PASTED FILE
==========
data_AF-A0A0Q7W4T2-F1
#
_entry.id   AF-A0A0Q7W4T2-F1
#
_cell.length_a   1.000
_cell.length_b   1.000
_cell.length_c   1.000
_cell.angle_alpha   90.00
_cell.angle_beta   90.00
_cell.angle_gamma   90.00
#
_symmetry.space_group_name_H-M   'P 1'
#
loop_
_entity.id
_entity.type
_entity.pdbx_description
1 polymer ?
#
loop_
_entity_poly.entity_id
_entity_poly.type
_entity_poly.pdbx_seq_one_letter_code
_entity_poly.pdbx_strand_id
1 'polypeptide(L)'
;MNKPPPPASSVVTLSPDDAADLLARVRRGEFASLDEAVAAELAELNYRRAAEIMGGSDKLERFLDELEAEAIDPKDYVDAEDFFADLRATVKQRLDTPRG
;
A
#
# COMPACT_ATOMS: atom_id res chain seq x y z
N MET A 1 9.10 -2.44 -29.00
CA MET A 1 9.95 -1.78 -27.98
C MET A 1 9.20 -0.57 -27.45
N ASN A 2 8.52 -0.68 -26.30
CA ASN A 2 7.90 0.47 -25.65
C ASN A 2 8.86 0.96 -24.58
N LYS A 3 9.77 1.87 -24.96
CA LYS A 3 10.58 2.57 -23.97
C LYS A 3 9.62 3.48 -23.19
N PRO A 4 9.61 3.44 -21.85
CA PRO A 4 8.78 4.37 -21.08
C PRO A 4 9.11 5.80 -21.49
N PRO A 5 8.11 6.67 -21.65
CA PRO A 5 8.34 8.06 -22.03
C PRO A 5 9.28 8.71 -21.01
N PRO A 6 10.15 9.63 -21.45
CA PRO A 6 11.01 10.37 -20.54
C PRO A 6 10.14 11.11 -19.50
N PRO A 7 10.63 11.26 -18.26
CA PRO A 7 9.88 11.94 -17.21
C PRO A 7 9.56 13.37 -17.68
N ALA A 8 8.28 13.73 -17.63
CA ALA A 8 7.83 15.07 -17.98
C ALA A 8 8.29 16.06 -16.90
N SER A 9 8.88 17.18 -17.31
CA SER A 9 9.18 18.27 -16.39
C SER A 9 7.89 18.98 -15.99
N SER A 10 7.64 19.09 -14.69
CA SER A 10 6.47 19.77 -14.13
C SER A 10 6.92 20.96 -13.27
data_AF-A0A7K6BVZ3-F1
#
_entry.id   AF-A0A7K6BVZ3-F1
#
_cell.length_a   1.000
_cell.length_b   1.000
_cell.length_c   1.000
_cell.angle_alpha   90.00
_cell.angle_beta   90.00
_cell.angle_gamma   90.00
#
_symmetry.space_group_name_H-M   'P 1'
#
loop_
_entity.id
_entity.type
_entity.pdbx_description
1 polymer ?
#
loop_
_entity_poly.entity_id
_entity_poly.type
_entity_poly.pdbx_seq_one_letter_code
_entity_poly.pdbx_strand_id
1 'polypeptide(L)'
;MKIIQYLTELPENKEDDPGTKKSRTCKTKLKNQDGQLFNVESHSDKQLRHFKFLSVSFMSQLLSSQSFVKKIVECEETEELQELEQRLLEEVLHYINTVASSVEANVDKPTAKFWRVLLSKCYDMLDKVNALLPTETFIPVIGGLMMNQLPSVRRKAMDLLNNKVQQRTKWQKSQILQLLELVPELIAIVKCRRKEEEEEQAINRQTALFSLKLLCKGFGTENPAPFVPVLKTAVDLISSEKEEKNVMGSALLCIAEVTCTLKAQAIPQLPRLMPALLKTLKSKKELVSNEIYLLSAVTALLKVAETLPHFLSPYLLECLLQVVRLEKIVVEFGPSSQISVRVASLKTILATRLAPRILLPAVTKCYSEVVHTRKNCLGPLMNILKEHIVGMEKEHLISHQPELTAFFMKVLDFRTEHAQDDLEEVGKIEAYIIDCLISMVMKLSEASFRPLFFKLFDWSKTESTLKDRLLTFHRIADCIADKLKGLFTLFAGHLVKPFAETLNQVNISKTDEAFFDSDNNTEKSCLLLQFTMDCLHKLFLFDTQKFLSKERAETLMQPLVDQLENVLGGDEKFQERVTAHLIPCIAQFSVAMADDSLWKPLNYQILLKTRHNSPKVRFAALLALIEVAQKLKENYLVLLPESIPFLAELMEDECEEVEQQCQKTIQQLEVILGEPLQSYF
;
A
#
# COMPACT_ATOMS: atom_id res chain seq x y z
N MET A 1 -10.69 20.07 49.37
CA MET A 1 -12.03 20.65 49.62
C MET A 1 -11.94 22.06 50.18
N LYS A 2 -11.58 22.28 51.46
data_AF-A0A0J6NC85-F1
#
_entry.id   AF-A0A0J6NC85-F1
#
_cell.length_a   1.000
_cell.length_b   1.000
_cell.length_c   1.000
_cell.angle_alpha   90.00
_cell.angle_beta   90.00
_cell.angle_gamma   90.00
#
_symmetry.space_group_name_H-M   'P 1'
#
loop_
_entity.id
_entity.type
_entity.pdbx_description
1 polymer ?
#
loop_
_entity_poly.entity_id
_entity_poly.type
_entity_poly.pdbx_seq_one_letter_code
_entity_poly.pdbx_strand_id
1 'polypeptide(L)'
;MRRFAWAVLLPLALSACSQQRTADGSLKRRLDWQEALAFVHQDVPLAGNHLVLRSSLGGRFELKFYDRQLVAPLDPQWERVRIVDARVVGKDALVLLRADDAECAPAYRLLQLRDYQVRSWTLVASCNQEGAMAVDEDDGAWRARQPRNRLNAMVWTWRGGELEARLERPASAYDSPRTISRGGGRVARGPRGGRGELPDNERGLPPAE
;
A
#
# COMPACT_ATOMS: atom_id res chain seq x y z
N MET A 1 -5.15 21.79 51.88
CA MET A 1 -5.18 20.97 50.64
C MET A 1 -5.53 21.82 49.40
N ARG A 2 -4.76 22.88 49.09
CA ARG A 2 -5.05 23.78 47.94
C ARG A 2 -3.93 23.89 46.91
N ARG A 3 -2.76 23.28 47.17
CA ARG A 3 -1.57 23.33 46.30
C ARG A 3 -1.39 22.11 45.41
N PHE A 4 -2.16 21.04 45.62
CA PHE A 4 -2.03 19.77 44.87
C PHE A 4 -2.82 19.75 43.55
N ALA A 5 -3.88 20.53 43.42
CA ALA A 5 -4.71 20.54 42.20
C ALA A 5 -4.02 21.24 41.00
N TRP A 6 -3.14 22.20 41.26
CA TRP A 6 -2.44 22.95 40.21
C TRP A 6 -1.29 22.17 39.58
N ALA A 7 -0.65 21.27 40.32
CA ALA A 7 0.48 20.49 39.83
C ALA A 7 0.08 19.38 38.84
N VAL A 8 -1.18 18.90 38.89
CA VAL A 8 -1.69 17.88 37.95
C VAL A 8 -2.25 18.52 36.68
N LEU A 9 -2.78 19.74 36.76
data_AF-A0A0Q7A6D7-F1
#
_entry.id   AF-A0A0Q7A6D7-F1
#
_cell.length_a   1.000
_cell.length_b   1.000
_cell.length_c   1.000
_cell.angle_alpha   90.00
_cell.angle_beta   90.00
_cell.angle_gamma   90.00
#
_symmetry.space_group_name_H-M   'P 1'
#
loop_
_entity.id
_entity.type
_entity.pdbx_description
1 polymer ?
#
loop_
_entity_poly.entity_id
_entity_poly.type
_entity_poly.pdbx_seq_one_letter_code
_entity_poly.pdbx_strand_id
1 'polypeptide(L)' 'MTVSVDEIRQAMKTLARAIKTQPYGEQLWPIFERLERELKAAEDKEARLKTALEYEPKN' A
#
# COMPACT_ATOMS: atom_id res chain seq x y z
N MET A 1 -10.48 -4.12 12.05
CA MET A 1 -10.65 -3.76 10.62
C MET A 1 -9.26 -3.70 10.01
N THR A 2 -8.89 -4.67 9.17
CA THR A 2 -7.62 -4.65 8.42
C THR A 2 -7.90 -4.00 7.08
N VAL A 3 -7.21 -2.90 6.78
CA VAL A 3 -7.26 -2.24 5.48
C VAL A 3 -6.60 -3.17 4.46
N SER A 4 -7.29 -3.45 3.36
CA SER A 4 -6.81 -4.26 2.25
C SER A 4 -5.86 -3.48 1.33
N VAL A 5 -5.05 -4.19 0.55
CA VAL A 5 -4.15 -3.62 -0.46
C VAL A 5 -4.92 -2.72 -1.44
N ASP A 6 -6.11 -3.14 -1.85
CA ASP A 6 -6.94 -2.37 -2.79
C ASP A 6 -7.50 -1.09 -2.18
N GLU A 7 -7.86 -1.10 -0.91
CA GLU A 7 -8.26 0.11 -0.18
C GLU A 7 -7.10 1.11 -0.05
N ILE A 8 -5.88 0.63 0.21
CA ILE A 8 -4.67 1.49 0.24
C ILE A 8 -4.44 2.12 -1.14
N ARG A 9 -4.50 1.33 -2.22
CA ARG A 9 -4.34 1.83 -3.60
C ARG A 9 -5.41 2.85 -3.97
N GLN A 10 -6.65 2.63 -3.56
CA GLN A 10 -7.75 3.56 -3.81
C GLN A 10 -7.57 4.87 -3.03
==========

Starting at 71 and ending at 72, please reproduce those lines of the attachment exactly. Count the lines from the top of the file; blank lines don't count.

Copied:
#
_symmetry.space_group_name_H-M   'P 1'